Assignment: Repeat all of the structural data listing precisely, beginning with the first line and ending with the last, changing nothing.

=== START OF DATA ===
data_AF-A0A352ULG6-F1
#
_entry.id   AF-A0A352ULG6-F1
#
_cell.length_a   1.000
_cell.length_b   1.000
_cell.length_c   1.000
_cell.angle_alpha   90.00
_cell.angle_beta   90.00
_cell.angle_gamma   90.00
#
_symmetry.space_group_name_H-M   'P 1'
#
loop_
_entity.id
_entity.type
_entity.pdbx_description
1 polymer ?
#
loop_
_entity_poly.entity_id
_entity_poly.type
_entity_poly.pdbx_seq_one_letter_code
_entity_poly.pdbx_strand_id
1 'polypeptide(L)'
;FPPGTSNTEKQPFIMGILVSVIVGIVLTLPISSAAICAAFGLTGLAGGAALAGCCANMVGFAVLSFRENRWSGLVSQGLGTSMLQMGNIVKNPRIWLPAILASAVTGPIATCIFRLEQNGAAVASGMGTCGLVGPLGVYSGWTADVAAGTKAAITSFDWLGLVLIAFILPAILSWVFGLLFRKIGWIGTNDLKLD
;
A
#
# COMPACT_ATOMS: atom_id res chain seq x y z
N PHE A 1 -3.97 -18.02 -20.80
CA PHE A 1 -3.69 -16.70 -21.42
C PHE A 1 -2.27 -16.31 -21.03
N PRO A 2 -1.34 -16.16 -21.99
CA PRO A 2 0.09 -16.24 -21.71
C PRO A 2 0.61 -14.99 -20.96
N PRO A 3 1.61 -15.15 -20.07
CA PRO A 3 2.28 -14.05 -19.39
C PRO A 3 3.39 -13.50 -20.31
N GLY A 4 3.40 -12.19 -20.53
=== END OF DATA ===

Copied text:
data_AF-A0A352ULG6-F1
#
_entry.id   AF-A0A352ULG6-F1
#
_cell.length_a   1.000
_cell.length_b   1.000
_cell.length_c   1.000
_cell.angle_alpha   90.00
_cell.angle_beta   90.00
_cell.angle_gamma   90.00
#
_symmetry.space_group_name_H-M   'P 1'
#
loop_
_entity.id
_entity.type
_entity.pdbx_description
1 polymer ?
#
loop_
_entity_poly.entity_id
_entity_poly.type
_entity_poly.pdbx_seq_one_letter_code
_entity_poly.pdbx_strand_id
1 'polypeptide(L)'
;FPPGTSNTEKQPFIMGILVSVIVGIVLTLPISSAAICAAFGLTGLAGGAALAGCCANMVGFAVLSFRENRWSGLVSQGLGTSMLQMGNIVKNPRIWLPAILASAVTGPIATCIFRLEQNGAAVASGMGTCGLVGPLGVYSGWTADVAAGTKAAITSFDWLGLVLIAFILPAILSWVFGLLFRKIGWIGTNDLKLD
;
A
#
# COMPACT_ATOMS: atom_id res chain seq x y z
N PHE A 1 -3.97 -18.02 -20.80
CA PHE A 1 -3.69 -16.70 -21.42
C PHE A 1 -2.27 -16.31 -21.03
N PRO A 2 -1.34 -16.16 -21.99
CA PRO A 2 0.09 -16.24 -21.71
C PRO A 2 0.61 -14.99 -20.96
N PRO A 3 1.61 -15.15 -20.07
CA PRO A 3 2.28 -14.05 -19.39
C PRO A 3 3.39 -13.50 -20.31
N GLY A 4 3.40 -12.19 -20.53